FRIDAY HARBOR, Wash. (AP) _ A 65-year-old woman faces a mandatory life sentence after being convicted of killing her 80-year-old husband, who prosecutors say was shot and his body chopped up and burned.

A jury deliberated four days before convicting Ruth Neslund of first-degree murder in the disappearance of her husband, Rolf, five years ago.

She denied the charges, saying she thought her husband took an extended trip to his native Norway or committed suicide. No body has been found, although bloodstains were discovered in the house.

''It was not a decision we wanted to come up with,'' said jury foreman Elizabeth Roberts, ''but the evidence was too much. It was very difficult for all of us.''

One juror from the tightly knit community sobbed uncontrollably as the verdict was read and others wiped tears from their eyes.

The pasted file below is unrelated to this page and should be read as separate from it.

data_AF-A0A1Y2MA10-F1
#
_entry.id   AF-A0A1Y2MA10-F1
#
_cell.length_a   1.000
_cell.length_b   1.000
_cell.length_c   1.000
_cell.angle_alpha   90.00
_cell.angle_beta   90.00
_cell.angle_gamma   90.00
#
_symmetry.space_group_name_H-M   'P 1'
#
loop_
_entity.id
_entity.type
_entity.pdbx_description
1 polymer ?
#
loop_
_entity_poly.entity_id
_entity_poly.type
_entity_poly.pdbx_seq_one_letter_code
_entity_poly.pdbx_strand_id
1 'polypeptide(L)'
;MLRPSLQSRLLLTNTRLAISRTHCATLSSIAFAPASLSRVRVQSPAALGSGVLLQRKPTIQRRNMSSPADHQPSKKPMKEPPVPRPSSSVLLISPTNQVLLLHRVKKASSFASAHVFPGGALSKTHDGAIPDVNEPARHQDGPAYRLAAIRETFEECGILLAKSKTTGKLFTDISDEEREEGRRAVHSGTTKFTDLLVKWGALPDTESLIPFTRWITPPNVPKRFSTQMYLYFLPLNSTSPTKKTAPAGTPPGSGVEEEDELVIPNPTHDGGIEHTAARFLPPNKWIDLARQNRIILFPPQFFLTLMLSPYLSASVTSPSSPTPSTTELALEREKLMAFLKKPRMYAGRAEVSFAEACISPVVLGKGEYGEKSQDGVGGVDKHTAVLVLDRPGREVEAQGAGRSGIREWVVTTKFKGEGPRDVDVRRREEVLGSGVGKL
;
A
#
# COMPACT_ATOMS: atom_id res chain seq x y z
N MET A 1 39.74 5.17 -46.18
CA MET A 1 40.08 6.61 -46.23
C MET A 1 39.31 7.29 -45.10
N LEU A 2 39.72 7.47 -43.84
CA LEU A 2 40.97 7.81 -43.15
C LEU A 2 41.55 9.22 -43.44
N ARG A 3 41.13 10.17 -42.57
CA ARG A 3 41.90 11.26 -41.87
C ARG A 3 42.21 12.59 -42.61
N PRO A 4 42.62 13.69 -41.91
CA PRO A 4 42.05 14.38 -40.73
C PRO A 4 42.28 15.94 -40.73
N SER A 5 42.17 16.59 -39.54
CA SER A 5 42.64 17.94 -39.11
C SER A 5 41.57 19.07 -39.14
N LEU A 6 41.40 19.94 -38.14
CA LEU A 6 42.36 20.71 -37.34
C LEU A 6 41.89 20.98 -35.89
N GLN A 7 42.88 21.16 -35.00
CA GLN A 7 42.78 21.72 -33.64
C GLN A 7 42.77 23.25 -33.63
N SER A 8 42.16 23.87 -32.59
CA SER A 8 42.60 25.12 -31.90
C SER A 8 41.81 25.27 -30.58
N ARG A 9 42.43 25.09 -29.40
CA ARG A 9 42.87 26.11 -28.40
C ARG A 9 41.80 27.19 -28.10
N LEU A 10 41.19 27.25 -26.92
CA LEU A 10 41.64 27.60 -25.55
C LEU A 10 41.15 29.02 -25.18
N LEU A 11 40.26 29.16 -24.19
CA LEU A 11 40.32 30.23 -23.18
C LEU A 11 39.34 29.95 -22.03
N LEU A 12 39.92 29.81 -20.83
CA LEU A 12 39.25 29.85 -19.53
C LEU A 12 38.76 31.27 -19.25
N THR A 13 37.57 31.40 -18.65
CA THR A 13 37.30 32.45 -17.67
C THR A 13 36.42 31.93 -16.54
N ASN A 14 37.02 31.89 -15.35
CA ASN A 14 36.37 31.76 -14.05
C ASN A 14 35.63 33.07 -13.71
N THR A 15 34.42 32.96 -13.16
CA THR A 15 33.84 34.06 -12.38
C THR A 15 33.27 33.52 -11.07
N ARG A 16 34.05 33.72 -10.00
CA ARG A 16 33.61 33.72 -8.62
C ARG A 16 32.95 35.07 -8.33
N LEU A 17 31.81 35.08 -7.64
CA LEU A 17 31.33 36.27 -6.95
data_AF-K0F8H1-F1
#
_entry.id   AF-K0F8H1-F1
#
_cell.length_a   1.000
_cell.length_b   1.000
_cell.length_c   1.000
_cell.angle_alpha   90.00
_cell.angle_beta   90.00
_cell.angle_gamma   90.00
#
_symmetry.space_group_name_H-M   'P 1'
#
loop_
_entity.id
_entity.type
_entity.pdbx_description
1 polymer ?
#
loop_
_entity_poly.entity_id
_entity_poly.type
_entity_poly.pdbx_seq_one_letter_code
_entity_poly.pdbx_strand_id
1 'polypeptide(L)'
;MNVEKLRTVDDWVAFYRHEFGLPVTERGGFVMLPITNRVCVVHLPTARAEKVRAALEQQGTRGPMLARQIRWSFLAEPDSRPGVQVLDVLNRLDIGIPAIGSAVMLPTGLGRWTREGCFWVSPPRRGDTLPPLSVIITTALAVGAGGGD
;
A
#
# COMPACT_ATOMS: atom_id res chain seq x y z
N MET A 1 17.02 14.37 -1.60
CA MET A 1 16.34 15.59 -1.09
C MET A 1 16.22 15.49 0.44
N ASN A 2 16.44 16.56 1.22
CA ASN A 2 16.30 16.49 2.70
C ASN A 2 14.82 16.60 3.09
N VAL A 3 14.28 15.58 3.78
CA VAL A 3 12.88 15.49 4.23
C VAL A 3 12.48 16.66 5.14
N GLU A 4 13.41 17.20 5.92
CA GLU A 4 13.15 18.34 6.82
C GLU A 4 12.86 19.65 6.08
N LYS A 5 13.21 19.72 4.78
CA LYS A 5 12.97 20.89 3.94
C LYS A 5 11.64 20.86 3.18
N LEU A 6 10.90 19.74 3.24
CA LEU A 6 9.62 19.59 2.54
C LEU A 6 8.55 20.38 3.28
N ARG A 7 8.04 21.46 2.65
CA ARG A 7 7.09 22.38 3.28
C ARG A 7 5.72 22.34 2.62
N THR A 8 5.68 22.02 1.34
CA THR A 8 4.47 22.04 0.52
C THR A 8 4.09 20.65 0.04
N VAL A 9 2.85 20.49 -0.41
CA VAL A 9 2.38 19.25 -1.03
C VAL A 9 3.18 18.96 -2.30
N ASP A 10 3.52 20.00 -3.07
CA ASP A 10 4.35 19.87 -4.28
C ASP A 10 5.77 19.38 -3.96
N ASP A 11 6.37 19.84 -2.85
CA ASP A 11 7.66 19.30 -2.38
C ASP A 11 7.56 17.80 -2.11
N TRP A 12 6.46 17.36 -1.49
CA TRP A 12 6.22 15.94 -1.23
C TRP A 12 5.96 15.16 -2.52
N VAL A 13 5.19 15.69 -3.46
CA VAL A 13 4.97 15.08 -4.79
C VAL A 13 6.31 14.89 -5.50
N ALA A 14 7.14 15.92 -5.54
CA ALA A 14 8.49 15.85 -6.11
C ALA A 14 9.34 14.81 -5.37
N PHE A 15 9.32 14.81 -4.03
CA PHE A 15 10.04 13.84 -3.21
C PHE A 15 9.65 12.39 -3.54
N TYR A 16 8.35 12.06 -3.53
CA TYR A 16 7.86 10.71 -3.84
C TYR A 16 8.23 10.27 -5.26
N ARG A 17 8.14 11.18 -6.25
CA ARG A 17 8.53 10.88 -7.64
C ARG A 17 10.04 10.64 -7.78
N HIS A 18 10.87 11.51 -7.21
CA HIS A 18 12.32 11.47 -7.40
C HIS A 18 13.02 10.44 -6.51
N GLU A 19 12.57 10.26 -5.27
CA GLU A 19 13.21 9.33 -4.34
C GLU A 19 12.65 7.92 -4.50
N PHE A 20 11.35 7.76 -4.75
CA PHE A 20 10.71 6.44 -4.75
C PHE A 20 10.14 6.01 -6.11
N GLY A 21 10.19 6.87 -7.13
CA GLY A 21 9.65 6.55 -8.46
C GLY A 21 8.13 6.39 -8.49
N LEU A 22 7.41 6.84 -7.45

Mrs. Neslund cried as she was led to a holding cell at the jail. She refused to answer questions from reporters.

Nearly 170 pieces of evidence, including pieces of ceiling from the Neslunds' home, were submitted during the trial, which began Oct. 28.

In closing arguments, prosecutor Greg Canova described the Neslunds as a hard-drinking couple who often quarreled and threatened each other.

''It really was a case of who was going to kill whom first,'' he said.

Canova said Mrs. Neslund and her brother, Robert Myers of Beardstown, Ill., chopped up the corpse and burned the remains in a trash barrel. Myers, described by his doctors as senile, was not charged in the case.

Defense lawyer Fred Weedon hammered at the lack of a murder weapon or body. In two extensive searches of the Neslunds' home, he said, ''they found nothing because nothing was there.''